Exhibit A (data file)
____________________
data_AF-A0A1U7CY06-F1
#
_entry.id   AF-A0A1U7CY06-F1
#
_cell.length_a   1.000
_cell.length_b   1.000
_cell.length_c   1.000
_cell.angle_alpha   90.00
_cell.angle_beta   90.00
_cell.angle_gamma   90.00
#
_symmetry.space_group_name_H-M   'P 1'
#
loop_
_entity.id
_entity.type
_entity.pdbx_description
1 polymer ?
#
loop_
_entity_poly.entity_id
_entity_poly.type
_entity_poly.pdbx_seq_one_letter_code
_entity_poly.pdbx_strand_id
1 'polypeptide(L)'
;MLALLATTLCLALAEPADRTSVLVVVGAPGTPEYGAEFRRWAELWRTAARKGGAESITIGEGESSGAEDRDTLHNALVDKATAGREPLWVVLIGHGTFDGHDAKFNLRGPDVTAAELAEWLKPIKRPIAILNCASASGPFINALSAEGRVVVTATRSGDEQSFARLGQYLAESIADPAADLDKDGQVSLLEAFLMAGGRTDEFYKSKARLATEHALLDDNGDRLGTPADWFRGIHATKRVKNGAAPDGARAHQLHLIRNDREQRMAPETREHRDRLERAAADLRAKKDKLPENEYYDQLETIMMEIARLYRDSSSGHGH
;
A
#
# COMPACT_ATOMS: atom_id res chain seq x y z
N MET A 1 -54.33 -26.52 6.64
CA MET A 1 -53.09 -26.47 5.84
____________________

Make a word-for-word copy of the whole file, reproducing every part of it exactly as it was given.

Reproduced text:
data_AF-A0A1U7CY06-F1
#
_entry.id   AF-A0A1U7CY06-F1
#
_cell.length_a   1.000
_cell.length_b   1.000
_cell.length_c   1.000
_cell.angle_alpha   90.00
_cell.angle_beta   90.00
_cell.angle_gamma   90.00
#
_symmetry.space_group_name_H-M   'P 1'
#
loop_
_entity.id
_entity.type
_entity.pdbx_description
1 polymer ?
#
loop_
_entity_poly.entity_id
_entity_poly.type
_entity_poly.pdbx_seq_one_letter_code
_entity_poly.pdbx_strand_id
1 'polypeptide(L)'
;MLALLATTLCLALAEPADRTSVLVVVGAPGTPEYGAEFRRWAELWRTAARKGGAESITIGEGESSGAEDRDTLHNALVDKATAGREPLWVVLIGHGTFDGHDAKFNLRGPDVTAAELAEWLKPIKRPIAILNCASASGPFINALSAEGRVVVTATRSGDEQSFARLGQYLAESIADPAADLDKDGQVSLLEAFLMAGGRTDEFYKSKARLATEHALLDDNGDRLGTPADWFRGIHATKRVKNGAAPDGARAHQLHLIRNDREQRMAPETREHRDRLERAAADLRAKKDKLPENEYYDQLETIMMEIARLYRDSSSGHGH
;
A
#
# COMPACT_ATOMS: atom_id res chain seq x y z
N MET A 1 -54.33 -26.52 6.64
CA MET A 1 -53.09 -26.47 5.84